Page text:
At what age do you start “letting go” of your kids? Our daughter is 11 years old and is in the sixth grade. I would say we are overprotective parents. We take her wherever she needs to go. At home, she’s allowed to only go up and down our street and we don’t let her roam around the neighborhood like some of her friends. Because of this, she feels left out. Some of her friends have phones, and she wants one, but I tell her it’s because their parents are not always around, but we are. We stay at her soccer practices, so we don’t just drop her off and come back to pick her up two hours later. When do we start letting her hang out with friends without any adult supervision? We don’t want to stifle her development.
While there is definitely a time when parents should begin to “let go,” there isn’t a specific age. So much depends on the personality and maturity of your daughter. Despite what other parents are doing with their similarly aged children, don’t be swayed by what other parents do just because it seems that is what everyone else is doing. This isn’t to say that what they are doing is inappropriate. You simply need to parent in the way you feel is best for your own daughter. What’s clear is that at 11-years-old, your daughter still needs a firm hand to watch over her and to set clear boundaries – all the while remembering that your goal is to equip your daughter to be able to navigate and function independently as an adult.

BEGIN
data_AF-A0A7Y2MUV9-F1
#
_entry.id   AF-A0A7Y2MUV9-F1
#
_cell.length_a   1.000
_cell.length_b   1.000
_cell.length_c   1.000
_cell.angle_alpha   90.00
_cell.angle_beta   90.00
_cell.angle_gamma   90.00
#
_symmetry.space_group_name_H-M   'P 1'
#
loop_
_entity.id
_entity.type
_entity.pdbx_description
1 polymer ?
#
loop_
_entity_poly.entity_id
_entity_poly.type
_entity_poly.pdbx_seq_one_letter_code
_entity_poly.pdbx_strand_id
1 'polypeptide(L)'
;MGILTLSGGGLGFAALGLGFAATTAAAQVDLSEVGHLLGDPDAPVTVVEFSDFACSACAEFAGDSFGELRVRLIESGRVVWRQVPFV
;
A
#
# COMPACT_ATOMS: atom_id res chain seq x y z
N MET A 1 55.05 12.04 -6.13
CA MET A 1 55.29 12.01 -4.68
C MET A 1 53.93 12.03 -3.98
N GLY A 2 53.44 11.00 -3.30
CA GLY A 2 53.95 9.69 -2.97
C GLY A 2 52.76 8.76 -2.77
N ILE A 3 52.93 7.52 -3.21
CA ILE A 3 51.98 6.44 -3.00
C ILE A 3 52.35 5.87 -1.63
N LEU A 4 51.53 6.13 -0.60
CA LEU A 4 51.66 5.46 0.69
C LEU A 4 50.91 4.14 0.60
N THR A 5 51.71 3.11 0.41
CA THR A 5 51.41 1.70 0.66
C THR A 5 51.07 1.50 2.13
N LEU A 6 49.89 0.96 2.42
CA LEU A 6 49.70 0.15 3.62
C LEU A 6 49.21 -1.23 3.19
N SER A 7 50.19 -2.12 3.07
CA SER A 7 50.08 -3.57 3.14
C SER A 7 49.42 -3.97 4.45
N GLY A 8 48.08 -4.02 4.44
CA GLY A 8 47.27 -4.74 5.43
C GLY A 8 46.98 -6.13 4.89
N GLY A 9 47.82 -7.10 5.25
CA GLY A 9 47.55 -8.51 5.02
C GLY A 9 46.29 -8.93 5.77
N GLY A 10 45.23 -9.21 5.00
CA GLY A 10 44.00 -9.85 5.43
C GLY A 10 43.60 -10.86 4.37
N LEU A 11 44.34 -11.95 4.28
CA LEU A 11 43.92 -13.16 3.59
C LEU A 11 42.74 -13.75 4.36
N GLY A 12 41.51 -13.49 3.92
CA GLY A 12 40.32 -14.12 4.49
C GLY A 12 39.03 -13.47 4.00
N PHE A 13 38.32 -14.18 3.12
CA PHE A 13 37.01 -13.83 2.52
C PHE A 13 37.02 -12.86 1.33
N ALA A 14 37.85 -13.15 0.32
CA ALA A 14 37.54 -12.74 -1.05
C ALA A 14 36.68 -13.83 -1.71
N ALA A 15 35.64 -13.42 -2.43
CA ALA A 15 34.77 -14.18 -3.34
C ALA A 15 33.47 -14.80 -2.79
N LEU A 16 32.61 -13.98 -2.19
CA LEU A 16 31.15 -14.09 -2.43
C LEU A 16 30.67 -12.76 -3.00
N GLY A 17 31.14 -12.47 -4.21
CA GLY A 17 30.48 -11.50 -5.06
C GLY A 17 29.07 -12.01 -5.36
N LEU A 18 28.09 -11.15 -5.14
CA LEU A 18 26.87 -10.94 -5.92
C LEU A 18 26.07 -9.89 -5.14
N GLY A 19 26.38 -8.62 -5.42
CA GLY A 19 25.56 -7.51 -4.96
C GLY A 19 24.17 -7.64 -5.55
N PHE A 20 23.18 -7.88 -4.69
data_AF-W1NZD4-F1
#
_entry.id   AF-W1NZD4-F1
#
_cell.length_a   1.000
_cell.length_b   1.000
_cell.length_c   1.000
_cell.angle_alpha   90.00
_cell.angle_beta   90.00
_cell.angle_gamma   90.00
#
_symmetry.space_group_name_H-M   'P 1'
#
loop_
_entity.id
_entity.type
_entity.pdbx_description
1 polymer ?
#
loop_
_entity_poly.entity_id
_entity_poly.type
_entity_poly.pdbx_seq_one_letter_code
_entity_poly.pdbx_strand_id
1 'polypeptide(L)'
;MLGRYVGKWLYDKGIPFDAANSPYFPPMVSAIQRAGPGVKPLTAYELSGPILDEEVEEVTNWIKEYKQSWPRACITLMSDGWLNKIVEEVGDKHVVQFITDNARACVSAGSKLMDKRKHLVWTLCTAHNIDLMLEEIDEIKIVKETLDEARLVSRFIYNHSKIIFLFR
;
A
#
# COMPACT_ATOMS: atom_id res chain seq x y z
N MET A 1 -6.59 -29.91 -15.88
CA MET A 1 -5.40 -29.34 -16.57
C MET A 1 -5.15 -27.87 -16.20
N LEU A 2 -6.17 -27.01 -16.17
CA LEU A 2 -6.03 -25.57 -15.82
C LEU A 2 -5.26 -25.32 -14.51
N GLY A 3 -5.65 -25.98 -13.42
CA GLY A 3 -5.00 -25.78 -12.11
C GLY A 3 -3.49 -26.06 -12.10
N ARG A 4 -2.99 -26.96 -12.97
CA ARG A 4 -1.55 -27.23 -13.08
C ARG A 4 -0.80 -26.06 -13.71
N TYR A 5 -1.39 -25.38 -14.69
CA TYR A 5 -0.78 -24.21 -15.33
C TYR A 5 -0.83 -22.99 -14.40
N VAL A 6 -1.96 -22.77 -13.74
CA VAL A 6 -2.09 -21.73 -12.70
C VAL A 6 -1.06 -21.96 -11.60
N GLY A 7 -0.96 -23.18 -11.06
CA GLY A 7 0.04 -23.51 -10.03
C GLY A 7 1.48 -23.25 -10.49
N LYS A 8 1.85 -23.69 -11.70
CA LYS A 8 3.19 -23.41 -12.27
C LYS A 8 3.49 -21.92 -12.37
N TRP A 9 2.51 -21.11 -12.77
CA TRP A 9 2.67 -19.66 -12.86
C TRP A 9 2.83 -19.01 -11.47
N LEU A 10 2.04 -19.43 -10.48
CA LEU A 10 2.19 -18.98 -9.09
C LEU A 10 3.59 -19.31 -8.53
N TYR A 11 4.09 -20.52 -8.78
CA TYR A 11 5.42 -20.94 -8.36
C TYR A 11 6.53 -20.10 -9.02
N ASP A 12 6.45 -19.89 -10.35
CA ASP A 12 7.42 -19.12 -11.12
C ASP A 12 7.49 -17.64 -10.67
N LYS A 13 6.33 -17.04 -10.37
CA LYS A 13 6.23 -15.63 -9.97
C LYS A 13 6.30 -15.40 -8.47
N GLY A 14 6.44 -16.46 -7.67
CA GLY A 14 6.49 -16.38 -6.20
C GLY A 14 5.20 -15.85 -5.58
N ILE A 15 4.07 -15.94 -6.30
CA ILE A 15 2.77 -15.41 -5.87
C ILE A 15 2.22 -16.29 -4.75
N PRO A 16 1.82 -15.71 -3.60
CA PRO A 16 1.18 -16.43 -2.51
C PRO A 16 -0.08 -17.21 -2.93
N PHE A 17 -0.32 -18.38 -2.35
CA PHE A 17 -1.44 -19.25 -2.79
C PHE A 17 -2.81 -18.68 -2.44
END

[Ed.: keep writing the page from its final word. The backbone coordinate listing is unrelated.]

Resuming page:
Now, here’s the other side of the coin: you’ve said you think you are overprotective. Understand that adolescents, in general, are going to make mistakes along the way, and actually, most kids benefit from taking a few “lumps” along the way, especially when their parents help them learn from the mistakes they make. Your role will be to make sure the boundaries and expectations you set are in place to help prevent her from making the big and destructive mistakes that could affect your daughter for the rest of her life. Even then, the reality is, that kids can violate boundaries and expectations, and some do make big mistakes. This is why parents must cover their kids with a lot of prayer, even in this process of letting go, trusting that God will give them wisdom and protection to make the right choices along the way.
While you may even now take some “baby steps” in letting go, allowing your daughter to make some choices of her own, as your daughter gets well along into her teen years, and as you notice your daughter maturing, you should look to take more of a ‘mentor’ or ‘coaching’ role, who can advise your daughter and be there for her both in the good experiences and the bad alike.